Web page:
Florida’s Interior Design Cartel Challenged in Court
Tallahassee, Fla.—With the filing of a federal court challenge on Tuesday, Florida has become ground zero in a national struggle to prevent the monopolization of the interior design industry through anti-competitive occupational licensing laws. The struggle pits an elitist group of industry insiders seeking government protection from fair competition against independent entrepreneurs who simply wish to earn an honest living in the occupation of their choice without first meeting an expensive, time-consuming and utterly arbitrary series of government-mandated licensing requirements.
The Institute for Justice (IJ), the nation’s leading legal advocate for economic liberty, joined with three interior designers—Eva Locke, Pat Levenson and Barbara Gardner—and the National Federation of Independent Business to file the lawsuit in the U.S. District Court for the Northern District of Florida in Tallahassee, challenging Florida’s interior design law. IJ has successfully vindicated the rights of interior designers across the country and this case promises to be the biggest fight yet in the battle against the interior design cartel.
“In the midst of a recession and with the economy in shambles, the last thing the government should be doing is putting up barriers to people who simply want to earn a living in the occupation of their choice,” said Clark Neily, a senior attorney with the Institute for Justice. “People are free in nearly every other state besides Florida to hire the interior designer who best meets their needs. But the government has taken that decision away from people in Florida, and the result is higher prices for consumers and fewer employment opportunities for designers. The proper role of government is protecting people from genuine harm—not protecting elitist cartels from fair competition.”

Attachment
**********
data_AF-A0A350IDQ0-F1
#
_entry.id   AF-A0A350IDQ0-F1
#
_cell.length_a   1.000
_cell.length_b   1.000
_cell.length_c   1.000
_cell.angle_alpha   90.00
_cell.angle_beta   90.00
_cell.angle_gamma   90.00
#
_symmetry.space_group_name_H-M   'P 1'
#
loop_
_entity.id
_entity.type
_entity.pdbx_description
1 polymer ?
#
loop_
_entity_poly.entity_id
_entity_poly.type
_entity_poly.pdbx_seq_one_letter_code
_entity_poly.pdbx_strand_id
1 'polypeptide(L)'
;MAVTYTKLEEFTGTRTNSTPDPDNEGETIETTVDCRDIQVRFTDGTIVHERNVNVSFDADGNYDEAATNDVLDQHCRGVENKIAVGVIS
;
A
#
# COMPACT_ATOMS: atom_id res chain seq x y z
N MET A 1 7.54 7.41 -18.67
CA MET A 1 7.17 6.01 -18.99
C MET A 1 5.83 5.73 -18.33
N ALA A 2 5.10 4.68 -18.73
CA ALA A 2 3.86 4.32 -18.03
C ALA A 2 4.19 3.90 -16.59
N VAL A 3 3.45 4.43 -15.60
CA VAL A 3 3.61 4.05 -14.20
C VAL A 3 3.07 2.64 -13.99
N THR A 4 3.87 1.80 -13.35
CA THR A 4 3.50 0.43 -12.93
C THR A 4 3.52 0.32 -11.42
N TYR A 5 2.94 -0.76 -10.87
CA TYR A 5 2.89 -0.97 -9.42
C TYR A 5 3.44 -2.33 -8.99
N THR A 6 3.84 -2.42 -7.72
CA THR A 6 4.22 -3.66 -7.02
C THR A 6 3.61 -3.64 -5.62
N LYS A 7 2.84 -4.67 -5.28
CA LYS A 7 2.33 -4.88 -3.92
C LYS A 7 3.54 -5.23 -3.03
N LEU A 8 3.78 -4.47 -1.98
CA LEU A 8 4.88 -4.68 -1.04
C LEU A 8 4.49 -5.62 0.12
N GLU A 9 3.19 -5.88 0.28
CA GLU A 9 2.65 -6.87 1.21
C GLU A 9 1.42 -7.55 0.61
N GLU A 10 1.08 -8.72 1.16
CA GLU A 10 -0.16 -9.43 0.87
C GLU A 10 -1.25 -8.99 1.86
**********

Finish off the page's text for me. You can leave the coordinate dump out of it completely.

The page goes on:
Only three states in the entire country regulate the practice of interior design, and Florida’s law is by far the most restrictive and aggressively enforced. The practice of interior design is defined under Florida law as including any consultation, study or drawing that relates to the “nonstructural interior elements” of any commercial building. That includes furniture, fixtures, lighting, carpets, drapes—even the artwork on the walls of an office—and all of it is off limits to anyone who is not a state-licensed interior designer.
“Why does Florida regulate the practice of interior design when virtually no other state does?” continued Neily. “It certainly has nothing to do with protecting public health, safety or welfare. Study after study has shown that the unlicensed practice of interior design presents no genuine safety risks whatsoever. Instead of protecting the public, interior design licensing laws are all about protecting industry members from fair competition.”
The push to license interior designers has not come from the public or from consumer watchdog groups or other concerned citizens, but from an industry organization called the American Society of Interior Designers (ASID). Working with local groups like Florida’s Interior Design Associations Foundation (IDAF), ASID has spent the past three decades and millions of dollars lobbying all over the country for licensing laws limiting the practice of interior design to people who possess the same credentials necessary to become a professional member of ASID itself.
Florida represents the interior design cartel’s greatest achievement so far, with not only the most sweeping interior design law anywhere in the country, but also the resources of a private law firm in Tallahassee that receives over $500,000 annually from the state to investigate and prosecute potential violations of the law. This has led to an enforcement campaign of unprecedented intensity, with hundreds of interior designers—including people legally performing residential interior design services, for which no license is required—being sent cease-and-desist letters every year.
Florida’s interior design law is riddled with constitutional defects, including improperly censoring truthful advertising and other forms of expression, violating people’s right to work in the occupation of their choice free from unreasonable government interference, and discriminating against interstate commerce by discouraging interior designers from other states from working in Florida.
IJ President and General Counsel Chip Mellor said, “This lawsuit is an important part of the Institute for Justice’s nationwide campaign to restore economic liberty to all Americans by defending their constitutional right to earn an honest living.”